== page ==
The older kids now have timetables for school. Fiona wanted one too. So she sat down with me and we came up with something.
First we put in the out-of-home things she has to attend. Summit Strings and the trip to Nelson she has to do because she’s too young to be left home alone. Group class is on Wednesdays after school. We put in lunch and supper. We blocked in some time for practicing or violin lesson every day.
And then she wanted to put in “school.” She has three areas this year in which she is doing structured curricular work: math, science and social studies. So we set aside one or two hour-long blocks on Monday through Friday to give her a chance to work on those areas. Then we threw in a couple of blocks of scheduled physical activity to round things out.
She is absolutely thrilled to have me facilitating structured learning with her. I’m making an effort to steer her away from the curricular stuff as much as I can. She is often just as keen to go on a mushroom hunt or make soap or work through playful engineering challenges or read some historical fiction. But then later in the day she’ll announce that we should do some science workbook or math as well. She almost never does two full hours of bookwork, but she often likes to touch on two or three subject areas for 15 or 20 minutes. The schedule is a guide, not a rule. We use it when it suits her, but if something more enticing comes up she is flexible enough to discard it cheerfully. She does like her curriculum, though!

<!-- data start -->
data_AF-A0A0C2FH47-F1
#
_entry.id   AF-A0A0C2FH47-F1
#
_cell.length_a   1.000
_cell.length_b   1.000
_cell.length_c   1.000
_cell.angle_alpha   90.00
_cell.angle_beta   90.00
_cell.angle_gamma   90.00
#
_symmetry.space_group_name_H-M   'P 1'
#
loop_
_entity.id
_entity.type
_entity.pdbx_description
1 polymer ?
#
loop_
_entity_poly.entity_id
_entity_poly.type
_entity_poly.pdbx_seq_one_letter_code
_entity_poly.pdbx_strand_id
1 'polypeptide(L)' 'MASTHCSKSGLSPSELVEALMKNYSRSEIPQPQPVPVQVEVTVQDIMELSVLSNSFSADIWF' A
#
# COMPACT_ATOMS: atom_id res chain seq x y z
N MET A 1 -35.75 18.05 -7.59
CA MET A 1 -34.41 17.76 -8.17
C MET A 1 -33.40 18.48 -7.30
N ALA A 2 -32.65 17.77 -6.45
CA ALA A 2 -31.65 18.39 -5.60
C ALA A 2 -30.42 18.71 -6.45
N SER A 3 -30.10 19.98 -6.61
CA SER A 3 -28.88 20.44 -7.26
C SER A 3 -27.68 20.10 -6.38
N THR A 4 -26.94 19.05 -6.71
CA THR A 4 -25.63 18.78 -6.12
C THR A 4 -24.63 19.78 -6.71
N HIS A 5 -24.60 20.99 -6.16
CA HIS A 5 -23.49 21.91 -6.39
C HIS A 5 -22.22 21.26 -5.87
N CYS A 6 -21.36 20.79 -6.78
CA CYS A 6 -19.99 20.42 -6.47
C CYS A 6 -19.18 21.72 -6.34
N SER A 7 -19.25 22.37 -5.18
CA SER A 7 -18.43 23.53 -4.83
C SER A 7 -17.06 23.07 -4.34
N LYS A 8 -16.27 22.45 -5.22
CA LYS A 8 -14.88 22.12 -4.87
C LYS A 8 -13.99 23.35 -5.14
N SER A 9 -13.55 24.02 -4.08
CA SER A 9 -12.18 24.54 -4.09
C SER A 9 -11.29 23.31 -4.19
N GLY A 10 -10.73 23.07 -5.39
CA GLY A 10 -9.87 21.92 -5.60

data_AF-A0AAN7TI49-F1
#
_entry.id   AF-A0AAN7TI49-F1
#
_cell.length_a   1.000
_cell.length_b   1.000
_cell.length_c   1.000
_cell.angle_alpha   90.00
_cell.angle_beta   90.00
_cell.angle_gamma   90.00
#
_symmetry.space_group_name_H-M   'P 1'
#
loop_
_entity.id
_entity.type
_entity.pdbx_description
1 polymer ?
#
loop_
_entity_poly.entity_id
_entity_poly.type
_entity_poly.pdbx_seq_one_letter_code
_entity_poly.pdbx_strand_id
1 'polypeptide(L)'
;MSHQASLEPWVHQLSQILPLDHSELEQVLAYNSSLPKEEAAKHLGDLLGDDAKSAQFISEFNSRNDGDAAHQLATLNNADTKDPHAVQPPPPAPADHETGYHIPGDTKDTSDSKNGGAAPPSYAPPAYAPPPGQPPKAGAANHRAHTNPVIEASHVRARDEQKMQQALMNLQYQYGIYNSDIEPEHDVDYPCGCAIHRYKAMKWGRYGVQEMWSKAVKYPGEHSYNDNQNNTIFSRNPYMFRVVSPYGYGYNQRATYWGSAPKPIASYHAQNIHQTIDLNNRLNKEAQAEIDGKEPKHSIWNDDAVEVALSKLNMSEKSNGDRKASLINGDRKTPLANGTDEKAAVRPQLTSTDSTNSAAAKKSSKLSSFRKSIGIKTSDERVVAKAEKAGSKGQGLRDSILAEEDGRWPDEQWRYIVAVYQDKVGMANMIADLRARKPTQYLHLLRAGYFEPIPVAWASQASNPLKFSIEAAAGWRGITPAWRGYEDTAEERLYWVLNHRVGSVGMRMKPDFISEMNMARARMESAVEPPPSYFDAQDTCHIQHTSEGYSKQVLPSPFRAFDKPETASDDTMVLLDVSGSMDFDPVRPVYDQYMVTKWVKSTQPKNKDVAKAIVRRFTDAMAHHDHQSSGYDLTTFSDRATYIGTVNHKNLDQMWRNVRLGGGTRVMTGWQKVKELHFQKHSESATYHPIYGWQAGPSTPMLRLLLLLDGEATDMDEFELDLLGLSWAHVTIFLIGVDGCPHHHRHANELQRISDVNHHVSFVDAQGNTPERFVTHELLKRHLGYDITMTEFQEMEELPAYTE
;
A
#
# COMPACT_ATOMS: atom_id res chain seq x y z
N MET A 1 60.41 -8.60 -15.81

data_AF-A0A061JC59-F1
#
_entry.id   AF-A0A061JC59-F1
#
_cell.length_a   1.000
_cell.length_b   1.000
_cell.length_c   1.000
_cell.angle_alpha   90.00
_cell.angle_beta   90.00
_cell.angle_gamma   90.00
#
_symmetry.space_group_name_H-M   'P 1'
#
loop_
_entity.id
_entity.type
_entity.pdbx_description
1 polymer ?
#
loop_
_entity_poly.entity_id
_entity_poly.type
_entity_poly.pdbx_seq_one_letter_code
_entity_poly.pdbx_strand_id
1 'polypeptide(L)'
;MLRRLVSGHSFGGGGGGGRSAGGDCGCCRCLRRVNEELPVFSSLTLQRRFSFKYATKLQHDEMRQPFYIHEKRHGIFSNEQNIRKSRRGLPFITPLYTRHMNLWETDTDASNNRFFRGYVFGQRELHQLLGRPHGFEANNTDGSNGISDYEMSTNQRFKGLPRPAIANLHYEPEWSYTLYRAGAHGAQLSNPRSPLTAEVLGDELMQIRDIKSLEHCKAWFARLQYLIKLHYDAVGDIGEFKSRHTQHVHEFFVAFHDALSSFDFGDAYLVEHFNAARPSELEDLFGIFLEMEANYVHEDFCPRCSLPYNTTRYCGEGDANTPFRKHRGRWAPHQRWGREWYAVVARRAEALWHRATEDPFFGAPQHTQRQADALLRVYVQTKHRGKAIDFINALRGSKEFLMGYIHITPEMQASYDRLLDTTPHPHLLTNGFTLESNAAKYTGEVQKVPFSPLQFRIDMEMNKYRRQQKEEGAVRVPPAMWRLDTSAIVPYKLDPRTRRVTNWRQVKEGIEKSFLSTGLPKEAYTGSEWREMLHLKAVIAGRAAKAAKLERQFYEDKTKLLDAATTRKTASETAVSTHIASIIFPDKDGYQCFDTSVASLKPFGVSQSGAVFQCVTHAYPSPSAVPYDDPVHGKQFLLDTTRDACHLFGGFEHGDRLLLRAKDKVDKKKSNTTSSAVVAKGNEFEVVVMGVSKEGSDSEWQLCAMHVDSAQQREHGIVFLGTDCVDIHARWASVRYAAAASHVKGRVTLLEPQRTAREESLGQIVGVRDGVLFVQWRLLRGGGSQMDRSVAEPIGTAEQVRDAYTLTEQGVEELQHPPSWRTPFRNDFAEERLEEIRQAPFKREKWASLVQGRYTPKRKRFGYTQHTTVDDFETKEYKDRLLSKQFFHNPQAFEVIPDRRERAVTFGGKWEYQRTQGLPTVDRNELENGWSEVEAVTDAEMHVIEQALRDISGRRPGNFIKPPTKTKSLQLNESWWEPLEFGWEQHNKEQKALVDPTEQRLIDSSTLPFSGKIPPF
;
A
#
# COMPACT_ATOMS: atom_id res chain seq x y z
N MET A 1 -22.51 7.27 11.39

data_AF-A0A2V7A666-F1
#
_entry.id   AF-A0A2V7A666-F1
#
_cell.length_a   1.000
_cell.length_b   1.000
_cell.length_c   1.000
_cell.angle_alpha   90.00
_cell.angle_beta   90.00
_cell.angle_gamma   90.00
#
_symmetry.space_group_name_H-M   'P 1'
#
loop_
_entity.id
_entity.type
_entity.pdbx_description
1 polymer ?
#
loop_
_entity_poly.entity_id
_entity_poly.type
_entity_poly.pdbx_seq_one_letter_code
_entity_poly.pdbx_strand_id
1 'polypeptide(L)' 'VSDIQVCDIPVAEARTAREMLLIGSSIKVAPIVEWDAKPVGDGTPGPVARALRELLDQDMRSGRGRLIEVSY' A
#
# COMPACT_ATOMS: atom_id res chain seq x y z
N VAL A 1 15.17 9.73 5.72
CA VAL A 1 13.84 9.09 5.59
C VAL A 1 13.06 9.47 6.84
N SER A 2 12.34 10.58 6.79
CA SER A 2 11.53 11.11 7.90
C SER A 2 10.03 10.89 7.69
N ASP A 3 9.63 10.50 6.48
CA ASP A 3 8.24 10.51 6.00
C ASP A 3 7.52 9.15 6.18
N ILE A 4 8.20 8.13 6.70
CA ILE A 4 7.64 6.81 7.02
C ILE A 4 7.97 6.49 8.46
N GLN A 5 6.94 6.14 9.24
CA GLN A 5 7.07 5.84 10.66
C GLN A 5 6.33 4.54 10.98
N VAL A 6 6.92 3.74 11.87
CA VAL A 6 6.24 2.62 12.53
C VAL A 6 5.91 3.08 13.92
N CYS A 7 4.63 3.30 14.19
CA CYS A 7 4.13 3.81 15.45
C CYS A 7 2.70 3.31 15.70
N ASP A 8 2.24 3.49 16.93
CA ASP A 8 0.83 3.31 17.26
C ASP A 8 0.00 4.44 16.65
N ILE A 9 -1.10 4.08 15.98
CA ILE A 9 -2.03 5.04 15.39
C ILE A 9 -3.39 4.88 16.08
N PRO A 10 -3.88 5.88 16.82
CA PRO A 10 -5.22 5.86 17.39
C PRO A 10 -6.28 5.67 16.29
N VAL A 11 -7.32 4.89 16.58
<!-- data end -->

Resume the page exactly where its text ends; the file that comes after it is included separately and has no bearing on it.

When we finish the schedule for the day she is often at loose ends. “What can I do now?” she asks. I worried that the structure was turning her into a kid who was dependent on others for direction, but it’s not really that. She’s just as good at finding things to do on her own as she ever was; it’s just that with no at-home siblings during the day rather than the three she was used to, she misses the social energy and interaction. She’s a bit more dependent on me for interaction, and it’s no wonder, I suppose. She’s a sociable kid who now has only one person to socialize with for a few hours each day.
It’s somewhat frightening to see how much she is capable of with this kind of active facilitation available to her. It’s easy to feel guilty about giving her so little one-on-one up until this point, when I see how eagerly she is gobbling it up and enjoying the learning. (Although I also know that simply being around her older siblings and the rest of us and our busy lives was immeasurably good for her too. My guilt is kept at bay by that thought.) In the past month she’s done half of the Grade 6 Singapore Primary Math curriculum. She’s moving steadily through the 7th grade BC science curriculum, and through a Canadian history curriculum intended for older kids as well. We’ve done tons of enrichment learning around each of these, so it definitely doesn’t feel like a narrow book-learning-only trajectory. She’s getting lots of context and lots of chance to explore rabbit trails that pique her interest.
And then there’s all the other stuff. She’s run a race, learned to ride basic “skinnies” and do bunny-hops on a mountain bike, been on that wonderful field trip to Fort Steele, attended the local Harvest Festival, begun learning to use the sewing machine, learned to hand-sew stuffed toys, been on hikes and nature walks, started a new Handel Sonata on violin, prepared an entire family dinner on her own, obsessed over Dr. Who Season 5 episodes, written on her blog, read books, played with our adorable kitten, done her usual amazing housekeeping blitzes.
She thriving, I’d say. Which makes me very happy, because I was worried she’d be a little miserable being left out of the whole school thing.